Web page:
VBG and AGB may be performed with a laparoscope rather than through an open incision in some patients. This procedure uses several small incisions and three or more laparoscopes - small thin tubes with video cameras attached - to visualize the inside of the abdomen during the operation. The physician performs the surgery while looking at a TV monitor. Laparoscopic gastric surgery usually reduces the length of hospital stay and the amount of scarring, and often results in quicker recovery than an “open” or standard procedure.
Persons with a BMI of 60 or more or persons who have already had some type of abdominal surgery are usually not considered as a candidate for the laparoscopic technique.
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Digestion is the process by which food and liquid are broken down into smaller parts so that the body can use them to build and nourish cells. Digestion begins in the mouth, where food and liquids are taken in, and is completed in the small intestine. The digestive tract is a series of hollow organs joined in a long, twisting tube from the mouth to the anus.
The stomach is where the three mechanical tasks of storing, mixing, and emptying occur. Normally, this is what happens:
- First, the stomach stores the swallowed food and liquid, which requires the muscle of the upper part of the stomach to relax and accept large volumes of swallowed material.
- Second, the lower part of the stomach mixes up the food, liquid, and digestive juices produced by the stomach by muscle action.
- Third, the stomach empties the contents into the small intestine.
The food is then digested in the small intestine and dissolved by the juices from the pancreas, liver, and intestine, and the contents of the intestine are mixed and pushed forward to allow further digestion.
Bariatric surgery is performed because it is currently the best treatment option for producing lasting weight loss in obese patients for whom nonsurgical methods of weight loss have failed.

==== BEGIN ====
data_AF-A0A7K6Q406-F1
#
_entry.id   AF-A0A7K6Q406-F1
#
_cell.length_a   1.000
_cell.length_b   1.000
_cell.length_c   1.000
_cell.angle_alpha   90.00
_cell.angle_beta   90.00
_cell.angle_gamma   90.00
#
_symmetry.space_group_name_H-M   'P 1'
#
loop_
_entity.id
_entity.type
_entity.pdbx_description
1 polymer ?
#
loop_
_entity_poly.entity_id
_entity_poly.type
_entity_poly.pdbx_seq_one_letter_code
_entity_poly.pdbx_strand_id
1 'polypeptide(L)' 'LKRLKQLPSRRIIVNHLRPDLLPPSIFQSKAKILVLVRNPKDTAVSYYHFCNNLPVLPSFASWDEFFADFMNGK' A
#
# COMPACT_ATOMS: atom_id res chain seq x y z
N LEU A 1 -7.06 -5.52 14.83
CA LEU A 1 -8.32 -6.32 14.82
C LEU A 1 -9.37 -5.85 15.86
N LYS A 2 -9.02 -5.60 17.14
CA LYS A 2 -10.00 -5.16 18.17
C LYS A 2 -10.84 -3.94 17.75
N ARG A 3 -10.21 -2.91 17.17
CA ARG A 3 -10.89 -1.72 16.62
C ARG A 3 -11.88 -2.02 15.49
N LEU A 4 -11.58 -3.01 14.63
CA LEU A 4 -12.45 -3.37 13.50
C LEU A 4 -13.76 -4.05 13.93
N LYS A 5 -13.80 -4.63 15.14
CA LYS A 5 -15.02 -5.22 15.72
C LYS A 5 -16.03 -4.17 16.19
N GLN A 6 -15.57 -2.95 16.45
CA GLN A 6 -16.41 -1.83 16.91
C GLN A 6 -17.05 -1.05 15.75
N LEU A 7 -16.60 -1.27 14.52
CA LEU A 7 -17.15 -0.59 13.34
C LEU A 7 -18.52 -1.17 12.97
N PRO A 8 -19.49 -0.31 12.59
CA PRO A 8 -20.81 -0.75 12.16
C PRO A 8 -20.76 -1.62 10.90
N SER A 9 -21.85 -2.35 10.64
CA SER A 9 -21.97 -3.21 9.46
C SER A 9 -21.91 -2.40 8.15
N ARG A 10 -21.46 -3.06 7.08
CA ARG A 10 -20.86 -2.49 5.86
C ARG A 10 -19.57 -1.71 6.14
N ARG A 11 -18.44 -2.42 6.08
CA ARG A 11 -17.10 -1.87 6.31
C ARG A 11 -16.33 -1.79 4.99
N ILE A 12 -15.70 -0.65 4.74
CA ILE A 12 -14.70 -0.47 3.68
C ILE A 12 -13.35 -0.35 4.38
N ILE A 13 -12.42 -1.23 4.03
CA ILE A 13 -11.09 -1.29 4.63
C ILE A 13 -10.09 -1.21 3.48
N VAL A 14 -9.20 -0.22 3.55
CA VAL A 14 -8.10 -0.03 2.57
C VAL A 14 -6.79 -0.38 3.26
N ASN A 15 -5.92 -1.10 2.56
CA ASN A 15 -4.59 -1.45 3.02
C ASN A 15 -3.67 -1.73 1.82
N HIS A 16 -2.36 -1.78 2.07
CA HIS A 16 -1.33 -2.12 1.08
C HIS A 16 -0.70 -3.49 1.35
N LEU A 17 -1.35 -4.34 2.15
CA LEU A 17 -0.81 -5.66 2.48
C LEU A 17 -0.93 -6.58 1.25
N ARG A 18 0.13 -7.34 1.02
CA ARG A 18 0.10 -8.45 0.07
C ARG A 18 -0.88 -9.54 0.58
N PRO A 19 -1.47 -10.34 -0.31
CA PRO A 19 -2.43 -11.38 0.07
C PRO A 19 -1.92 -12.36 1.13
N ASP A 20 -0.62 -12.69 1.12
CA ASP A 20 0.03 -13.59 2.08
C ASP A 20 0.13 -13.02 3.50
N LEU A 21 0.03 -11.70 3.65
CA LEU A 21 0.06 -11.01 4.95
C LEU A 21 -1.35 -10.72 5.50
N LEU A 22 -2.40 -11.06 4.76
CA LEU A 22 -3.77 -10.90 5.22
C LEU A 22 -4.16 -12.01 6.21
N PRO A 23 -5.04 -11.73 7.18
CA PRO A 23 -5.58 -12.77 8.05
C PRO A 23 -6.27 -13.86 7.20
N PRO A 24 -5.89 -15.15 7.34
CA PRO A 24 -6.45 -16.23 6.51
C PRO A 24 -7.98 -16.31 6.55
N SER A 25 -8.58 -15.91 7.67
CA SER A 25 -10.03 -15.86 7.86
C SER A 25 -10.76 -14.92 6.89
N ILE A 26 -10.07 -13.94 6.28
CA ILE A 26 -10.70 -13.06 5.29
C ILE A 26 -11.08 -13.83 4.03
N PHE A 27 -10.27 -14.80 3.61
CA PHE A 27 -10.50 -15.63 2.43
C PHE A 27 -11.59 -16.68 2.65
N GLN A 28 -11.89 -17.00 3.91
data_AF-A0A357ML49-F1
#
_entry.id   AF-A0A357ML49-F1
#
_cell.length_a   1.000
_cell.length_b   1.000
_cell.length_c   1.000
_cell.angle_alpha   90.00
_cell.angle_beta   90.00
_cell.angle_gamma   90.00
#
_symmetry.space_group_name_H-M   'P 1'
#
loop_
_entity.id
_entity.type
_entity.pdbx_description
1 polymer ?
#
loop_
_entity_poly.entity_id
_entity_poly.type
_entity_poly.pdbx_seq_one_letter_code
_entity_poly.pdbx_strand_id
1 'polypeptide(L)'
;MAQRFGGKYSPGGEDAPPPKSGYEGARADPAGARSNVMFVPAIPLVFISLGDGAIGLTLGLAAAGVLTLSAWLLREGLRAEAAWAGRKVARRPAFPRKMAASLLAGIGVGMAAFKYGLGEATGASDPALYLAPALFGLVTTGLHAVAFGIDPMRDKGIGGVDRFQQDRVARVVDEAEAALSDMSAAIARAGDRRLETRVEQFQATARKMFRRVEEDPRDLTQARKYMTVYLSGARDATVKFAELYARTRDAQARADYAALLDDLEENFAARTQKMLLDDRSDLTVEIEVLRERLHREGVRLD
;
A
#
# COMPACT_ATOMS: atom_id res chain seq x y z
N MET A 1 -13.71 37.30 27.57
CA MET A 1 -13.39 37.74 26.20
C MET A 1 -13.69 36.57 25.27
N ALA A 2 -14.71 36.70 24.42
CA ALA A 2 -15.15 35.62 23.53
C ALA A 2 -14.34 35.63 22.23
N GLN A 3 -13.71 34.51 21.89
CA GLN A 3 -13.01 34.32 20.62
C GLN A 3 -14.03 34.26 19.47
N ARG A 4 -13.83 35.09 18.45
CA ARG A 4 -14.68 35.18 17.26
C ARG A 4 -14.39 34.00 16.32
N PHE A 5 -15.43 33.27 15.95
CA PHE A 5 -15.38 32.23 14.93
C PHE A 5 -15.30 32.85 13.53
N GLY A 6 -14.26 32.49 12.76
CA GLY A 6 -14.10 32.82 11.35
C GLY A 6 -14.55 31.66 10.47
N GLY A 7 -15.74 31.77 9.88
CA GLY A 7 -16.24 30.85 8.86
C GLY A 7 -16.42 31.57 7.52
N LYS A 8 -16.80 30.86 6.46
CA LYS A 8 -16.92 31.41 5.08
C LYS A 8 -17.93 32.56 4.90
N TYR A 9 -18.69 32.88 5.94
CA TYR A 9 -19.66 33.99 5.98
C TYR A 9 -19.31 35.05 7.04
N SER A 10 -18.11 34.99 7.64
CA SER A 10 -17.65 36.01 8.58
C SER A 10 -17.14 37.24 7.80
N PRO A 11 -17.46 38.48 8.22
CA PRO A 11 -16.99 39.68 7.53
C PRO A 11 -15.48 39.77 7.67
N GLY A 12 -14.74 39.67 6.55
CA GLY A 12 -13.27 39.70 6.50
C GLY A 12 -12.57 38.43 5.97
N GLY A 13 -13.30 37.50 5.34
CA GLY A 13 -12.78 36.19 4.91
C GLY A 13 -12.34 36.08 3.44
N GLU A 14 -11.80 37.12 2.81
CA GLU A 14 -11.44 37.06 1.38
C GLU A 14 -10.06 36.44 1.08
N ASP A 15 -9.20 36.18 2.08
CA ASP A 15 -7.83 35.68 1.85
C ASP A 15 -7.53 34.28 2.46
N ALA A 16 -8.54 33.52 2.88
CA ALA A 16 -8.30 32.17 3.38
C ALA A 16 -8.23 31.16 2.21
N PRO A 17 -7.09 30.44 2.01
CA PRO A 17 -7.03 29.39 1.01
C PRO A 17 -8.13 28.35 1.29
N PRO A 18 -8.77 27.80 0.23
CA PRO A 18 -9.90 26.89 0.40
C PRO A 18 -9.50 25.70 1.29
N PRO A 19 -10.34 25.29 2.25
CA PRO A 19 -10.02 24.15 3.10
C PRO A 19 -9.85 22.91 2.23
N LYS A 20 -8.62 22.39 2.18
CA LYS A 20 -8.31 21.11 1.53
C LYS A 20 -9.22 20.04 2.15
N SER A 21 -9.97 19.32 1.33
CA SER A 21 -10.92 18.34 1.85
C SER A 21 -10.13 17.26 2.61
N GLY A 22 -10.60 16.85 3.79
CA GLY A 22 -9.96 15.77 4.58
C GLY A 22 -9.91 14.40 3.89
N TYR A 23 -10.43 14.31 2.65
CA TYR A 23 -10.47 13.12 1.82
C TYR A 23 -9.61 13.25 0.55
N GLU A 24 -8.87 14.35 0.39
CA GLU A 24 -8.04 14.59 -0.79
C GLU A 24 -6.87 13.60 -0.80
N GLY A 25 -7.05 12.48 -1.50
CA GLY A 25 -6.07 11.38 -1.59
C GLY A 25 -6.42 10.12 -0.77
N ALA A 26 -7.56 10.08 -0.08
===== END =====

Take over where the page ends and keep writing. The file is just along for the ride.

Potential candidates for bariatric surgery include:
- persons with a Body Mass Index (BMI) greater than 40
- men who are 100 pounds over their ideal body weight or women who are 80 pounds over their ideal body weight
- persons with a BMI between 35 and 40 who have another condition such as obesity-related type 2 diabetes, sleep apnea, or heart disease
Because the surgery can have serious side effects, the long-term health benefits must be considered and found greater than the risk. Despite the fact that some surgical techniques can be done laparoscopically with reduced risk, all bariatric surgery is considered to be major surgery.
Although not all risks with each procedure are fully known, bariatric surgery does help many people to reduce or eliminate some health-related obesity problems. It may help to:
- lower blood sugar
- lower blood pressure
- reduce or eliminate sleep apnea
- decrease the workload of the heart
- lower cholesterol levels
Surgery for weight loss is not a universal remedy, but these procedures can be highly effective in people who are motivated after surgery to follow their physician’s guidelines for nutrition and exercise and to take nutritional supplements.
There may be other reasons for your physician to recommend a gastric banding procedure.
As with any surgical procedure, complications may occur. Some possible complications include, but are not limited to, the following:
- blood clots
- bleeding ulcer
- development of gallstones
- obstruction or nausea can occur when food is not well-chewed